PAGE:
Seasoning takes place when the moisture content in wood reaches equilibrium with the moisture in the surrounding air. When wood is stacked outdoors with good air circulation in a spot that's dry, sunny and open for about six months it will be dry enough to support efficient combustion. Seasoned wood has a higher heating value than green wood. In general, because of its moisture content, a cord of green wood will weigh 70 to 100 percent more than seasoned wood. The time of year and the size of the wood pieces influences the amount of time that wood takes to season. You can help the process by properly stacking and storing your pile of firewood. The best way is to store it outside, under cover and close to the house for easy access. It should be stacked on a supporting base -- such as cement blocks, pallets or wooden planks. This prevents the wood from drawing moisture from the ground, allows air to circulate around it, reduces insect infestation and cuts down on the amount of dirt in accumulates. End braces or stakes can be used to keep the woodpile from collapsing; they can be built to measure accurately a standard cord.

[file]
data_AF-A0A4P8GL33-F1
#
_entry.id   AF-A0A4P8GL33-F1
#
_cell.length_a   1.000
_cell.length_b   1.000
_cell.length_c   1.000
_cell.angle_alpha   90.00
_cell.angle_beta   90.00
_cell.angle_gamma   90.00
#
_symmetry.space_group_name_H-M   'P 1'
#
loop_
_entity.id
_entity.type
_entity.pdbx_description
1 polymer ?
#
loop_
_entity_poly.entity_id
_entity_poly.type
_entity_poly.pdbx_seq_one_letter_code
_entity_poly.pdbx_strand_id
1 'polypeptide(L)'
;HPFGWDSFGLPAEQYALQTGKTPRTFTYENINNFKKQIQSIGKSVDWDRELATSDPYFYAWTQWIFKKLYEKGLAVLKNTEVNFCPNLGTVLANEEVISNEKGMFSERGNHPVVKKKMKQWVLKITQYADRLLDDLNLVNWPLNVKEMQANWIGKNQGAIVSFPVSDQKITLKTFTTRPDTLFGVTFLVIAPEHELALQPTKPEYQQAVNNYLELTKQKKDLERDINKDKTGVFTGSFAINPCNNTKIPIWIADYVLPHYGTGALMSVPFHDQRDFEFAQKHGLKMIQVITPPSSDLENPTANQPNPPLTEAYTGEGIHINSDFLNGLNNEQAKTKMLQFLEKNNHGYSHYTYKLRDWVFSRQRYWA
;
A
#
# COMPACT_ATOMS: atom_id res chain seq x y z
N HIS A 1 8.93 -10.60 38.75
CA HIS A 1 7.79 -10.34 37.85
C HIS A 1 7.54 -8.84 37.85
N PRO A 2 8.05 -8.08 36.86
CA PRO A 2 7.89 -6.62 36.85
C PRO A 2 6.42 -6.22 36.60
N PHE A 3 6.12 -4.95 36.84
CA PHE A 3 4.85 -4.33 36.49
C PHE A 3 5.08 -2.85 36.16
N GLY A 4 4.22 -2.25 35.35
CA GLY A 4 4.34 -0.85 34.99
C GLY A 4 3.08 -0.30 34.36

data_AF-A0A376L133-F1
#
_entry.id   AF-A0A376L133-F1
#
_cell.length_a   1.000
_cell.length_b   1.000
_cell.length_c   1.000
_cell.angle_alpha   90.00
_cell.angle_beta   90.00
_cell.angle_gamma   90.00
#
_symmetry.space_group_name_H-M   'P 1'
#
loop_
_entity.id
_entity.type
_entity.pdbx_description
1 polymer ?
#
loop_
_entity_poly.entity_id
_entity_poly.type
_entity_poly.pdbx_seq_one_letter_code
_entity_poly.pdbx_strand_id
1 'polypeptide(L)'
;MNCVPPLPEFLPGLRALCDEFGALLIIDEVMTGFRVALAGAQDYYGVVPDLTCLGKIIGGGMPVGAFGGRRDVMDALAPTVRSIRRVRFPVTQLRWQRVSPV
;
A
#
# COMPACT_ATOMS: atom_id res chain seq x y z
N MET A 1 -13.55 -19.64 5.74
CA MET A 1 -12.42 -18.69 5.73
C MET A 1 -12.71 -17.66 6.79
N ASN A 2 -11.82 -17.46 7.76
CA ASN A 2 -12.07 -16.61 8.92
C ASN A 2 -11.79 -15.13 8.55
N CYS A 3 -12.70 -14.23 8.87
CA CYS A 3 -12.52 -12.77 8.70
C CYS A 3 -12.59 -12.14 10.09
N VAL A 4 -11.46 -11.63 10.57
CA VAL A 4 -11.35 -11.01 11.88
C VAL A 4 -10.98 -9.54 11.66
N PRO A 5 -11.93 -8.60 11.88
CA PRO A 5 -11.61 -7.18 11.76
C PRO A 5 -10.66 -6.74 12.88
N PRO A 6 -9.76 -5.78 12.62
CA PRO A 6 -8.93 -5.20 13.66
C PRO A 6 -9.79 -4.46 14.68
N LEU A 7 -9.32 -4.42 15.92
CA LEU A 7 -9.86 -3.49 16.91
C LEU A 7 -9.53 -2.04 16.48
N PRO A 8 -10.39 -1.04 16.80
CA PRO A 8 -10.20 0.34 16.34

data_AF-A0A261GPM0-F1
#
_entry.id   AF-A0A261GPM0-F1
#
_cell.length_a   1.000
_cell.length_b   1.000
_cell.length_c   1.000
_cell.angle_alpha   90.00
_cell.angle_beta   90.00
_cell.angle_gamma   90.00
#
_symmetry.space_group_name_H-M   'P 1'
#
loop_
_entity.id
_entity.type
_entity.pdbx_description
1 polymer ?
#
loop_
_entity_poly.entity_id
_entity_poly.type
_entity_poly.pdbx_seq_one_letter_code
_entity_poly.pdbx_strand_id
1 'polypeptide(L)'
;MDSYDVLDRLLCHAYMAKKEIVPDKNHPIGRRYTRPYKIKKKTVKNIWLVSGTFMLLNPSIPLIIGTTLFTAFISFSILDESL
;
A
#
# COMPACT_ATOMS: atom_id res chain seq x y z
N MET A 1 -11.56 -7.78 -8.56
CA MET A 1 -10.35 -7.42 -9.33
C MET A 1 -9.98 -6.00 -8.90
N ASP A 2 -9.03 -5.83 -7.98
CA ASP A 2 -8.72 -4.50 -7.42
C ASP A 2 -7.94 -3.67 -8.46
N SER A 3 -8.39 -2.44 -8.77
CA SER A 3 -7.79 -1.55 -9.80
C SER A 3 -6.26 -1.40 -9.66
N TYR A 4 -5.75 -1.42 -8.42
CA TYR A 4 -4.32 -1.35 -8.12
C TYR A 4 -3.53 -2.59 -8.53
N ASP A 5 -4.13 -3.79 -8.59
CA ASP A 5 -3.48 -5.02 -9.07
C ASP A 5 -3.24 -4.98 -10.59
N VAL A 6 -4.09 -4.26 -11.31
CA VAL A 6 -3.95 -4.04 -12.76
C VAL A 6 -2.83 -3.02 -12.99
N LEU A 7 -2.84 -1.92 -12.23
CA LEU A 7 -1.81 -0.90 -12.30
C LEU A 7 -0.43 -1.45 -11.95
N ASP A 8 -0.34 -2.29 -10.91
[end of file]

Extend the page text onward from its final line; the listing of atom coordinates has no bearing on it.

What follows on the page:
The Best Woods for Burning

In either a wood stove or fireplace, the easiest and best fire is built by using a mixture of both softwoods -- from trees such as pines and firs -- and hardwoods -- oak, eucalyptus, cedar and so on. Softwoods start burning easily, and the hardwoods provide for long burning and good "coaling" qualities. A bed of ashes underneath the grate produces steady heat and aids in igniting new fuel as it is added. The fire will continue burning if small amounts of wood are added at regular intervals. In fact, more efficient combustion results from burning small loads of wood with sufficient air than from burning large loads with minimal air.